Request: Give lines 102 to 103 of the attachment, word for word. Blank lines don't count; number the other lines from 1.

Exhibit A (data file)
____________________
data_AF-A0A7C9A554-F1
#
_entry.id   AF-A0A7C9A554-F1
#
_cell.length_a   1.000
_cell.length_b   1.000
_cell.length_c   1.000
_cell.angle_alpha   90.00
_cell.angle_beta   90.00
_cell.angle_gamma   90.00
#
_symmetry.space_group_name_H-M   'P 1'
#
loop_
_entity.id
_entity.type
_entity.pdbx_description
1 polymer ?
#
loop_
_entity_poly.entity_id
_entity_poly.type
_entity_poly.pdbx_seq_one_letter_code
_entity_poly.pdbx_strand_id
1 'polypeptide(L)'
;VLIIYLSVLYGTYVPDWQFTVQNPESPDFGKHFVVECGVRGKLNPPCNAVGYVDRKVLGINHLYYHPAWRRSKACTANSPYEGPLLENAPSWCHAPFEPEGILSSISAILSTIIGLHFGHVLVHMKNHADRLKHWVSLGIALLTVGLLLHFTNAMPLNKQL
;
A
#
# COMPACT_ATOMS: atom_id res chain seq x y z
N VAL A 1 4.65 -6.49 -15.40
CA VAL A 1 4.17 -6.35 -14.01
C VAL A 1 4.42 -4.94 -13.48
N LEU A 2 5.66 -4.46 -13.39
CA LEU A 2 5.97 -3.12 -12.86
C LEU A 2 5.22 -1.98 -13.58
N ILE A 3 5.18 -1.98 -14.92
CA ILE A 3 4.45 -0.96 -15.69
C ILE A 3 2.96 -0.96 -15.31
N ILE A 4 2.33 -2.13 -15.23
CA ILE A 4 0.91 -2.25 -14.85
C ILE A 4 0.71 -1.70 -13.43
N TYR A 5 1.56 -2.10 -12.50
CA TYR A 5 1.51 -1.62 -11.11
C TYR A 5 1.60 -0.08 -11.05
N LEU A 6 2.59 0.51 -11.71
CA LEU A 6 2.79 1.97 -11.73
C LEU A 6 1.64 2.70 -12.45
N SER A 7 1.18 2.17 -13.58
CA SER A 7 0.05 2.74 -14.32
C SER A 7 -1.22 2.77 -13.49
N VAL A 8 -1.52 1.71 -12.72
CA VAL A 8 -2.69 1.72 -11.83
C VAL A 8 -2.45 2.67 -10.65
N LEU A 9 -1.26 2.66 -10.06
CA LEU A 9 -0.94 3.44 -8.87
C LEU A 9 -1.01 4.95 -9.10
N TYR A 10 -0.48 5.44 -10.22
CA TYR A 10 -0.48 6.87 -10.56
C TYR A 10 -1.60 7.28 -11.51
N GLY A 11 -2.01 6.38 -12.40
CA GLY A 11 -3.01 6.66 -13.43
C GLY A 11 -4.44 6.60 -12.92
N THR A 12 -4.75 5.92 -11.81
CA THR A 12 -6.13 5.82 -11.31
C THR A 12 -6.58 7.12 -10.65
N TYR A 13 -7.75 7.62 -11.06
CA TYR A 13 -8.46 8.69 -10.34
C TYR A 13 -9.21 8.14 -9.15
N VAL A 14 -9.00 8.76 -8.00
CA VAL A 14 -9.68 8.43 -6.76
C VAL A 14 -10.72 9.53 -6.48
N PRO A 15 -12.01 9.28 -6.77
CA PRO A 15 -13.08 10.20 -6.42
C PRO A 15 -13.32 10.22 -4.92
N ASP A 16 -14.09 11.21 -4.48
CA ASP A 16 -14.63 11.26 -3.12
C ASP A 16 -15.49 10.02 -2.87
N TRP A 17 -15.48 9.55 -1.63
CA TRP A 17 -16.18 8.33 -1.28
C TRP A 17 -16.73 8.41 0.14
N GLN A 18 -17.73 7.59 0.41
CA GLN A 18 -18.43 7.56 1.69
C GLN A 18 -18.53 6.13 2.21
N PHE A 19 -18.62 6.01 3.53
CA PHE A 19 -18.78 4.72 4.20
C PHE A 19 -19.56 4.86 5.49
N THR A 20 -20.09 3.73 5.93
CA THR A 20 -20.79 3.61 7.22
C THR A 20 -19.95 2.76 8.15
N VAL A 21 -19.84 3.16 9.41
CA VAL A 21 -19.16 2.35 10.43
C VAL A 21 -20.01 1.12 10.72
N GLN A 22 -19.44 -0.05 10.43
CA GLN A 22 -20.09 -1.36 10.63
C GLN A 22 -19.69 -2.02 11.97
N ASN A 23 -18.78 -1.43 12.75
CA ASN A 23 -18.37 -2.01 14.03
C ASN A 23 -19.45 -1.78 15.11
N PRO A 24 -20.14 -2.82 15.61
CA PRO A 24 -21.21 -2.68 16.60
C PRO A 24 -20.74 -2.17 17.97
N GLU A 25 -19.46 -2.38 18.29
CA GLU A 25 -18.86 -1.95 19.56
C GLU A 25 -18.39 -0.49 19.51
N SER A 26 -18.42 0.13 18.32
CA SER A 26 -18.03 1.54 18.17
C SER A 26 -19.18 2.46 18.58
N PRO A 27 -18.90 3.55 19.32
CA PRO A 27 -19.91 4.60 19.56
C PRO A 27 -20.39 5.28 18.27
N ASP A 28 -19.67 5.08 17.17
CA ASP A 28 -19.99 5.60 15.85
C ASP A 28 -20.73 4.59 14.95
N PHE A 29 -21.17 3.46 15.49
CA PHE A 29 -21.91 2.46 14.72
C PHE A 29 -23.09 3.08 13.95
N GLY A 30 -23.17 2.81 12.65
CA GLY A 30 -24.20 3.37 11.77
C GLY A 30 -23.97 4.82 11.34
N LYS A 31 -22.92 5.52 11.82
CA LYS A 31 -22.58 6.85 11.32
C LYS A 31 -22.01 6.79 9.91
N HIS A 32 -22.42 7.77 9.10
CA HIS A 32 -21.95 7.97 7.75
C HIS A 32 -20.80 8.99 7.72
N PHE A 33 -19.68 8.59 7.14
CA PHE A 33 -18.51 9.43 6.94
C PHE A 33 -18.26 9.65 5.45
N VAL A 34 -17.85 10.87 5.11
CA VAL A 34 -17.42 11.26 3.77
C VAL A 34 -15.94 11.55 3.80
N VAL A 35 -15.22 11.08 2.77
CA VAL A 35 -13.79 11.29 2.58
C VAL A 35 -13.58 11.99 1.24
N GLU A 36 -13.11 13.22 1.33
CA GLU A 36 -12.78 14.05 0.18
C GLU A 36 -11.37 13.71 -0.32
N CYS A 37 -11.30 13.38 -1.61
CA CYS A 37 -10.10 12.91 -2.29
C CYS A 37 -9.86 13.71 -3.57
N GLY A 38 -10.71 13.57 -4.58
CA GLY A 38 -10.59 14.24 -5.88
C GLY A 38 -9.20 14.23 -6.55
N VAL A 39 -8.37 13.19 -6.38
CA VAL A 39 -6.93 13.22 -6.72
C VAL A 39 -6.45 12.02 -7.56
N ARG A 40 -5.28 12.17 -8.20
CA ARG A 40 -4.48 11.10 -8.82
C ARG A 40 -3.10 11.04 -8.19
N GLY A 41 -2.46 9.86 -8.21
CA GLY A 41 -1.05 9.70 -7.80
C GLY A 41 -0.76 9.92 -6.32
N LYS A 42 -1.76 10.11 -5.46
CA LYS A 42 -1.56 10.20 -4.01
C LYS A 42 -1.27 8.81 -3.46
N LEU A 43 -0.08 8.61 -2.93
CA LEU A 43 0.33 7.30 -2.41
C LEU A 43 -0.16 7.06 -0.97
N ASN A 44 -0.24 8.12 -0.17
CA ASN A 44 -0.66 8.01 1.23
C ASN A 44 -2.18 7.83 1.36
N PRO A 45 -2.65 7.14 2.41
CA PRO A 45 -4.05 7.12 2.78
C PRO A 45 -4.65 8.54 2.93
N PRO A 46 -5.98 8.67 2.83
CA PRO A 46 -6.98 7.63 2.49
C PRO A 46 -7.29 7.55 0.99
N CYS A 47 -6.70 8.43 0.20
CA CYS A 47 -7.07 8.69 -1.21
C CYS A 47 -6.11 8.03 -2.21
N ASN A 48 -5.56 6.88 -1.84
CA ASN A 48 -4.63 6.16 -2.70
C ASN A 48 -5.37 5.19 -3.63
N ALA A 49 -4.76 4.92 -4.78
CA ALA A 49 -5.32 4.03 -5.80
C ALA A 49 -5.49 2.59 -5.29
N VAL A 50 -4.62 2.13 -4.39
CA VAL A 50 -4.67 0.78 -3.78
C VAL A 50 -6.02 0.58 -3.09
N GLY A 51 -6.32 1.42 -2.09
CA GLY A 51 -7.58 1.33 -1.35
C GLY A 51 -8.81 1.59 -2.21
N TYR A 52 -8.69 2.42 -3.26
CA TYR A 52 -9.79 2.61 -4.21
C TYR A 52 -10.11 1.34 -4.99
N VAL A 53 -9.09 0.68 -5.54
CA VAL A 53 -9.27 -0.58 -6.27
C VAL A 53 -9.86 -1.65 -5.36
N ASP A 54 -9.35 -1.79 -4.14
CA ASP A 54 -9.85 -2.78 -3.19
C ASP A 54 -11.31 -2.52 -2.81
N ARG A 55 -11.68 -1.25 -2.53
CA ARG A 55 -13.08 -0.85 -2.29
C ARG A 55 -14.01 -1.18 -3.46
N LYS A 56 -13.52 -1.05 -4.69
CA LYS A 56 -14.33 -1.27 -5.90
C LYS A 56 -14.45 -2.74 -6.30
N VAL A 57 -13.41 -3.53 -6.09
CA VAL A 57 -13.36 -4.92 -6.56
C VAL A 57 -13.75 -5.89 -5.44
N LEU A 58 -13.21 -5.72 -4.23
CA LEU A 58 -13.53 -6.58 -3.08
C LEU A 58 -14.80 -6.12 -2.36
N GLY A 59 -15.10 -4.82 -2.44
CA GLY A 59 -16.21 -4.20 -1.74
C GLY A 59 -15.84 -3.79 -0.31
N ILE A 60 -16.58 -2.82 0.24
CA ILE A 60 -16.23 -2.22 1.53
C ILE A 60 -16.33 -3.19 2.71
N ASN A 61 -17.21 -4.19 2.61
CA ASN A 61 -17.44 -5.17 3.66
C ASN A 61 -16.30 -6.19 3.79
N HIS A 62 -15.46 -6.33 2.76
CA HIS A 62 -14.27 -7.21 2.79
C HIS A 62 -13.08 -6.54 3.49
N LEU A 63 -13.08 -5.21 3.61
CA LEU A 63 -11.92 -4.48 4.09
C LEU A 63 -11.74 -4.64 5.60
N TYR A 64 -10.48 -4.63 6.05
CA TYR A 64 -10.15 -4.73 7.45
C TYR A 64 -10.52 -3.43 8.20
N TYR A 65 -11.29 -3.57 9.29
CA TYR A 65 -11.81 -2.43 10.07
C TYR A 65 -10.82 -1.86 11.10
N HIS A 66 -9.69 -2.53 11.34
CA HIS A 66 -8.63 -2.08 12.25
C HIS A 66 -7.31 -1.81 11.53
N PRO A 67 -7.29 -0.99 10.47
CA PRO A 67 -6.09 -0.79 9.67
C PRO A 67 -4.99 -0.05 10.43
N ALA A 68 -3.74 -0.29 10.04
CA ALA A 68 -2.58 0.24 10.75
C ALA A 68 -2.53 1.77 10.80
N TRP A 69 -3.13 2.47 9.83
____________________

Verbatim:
C PRO A 24 -20.74 -2.17 17.97
N GLU A 25 -19.46 -2.38 18.29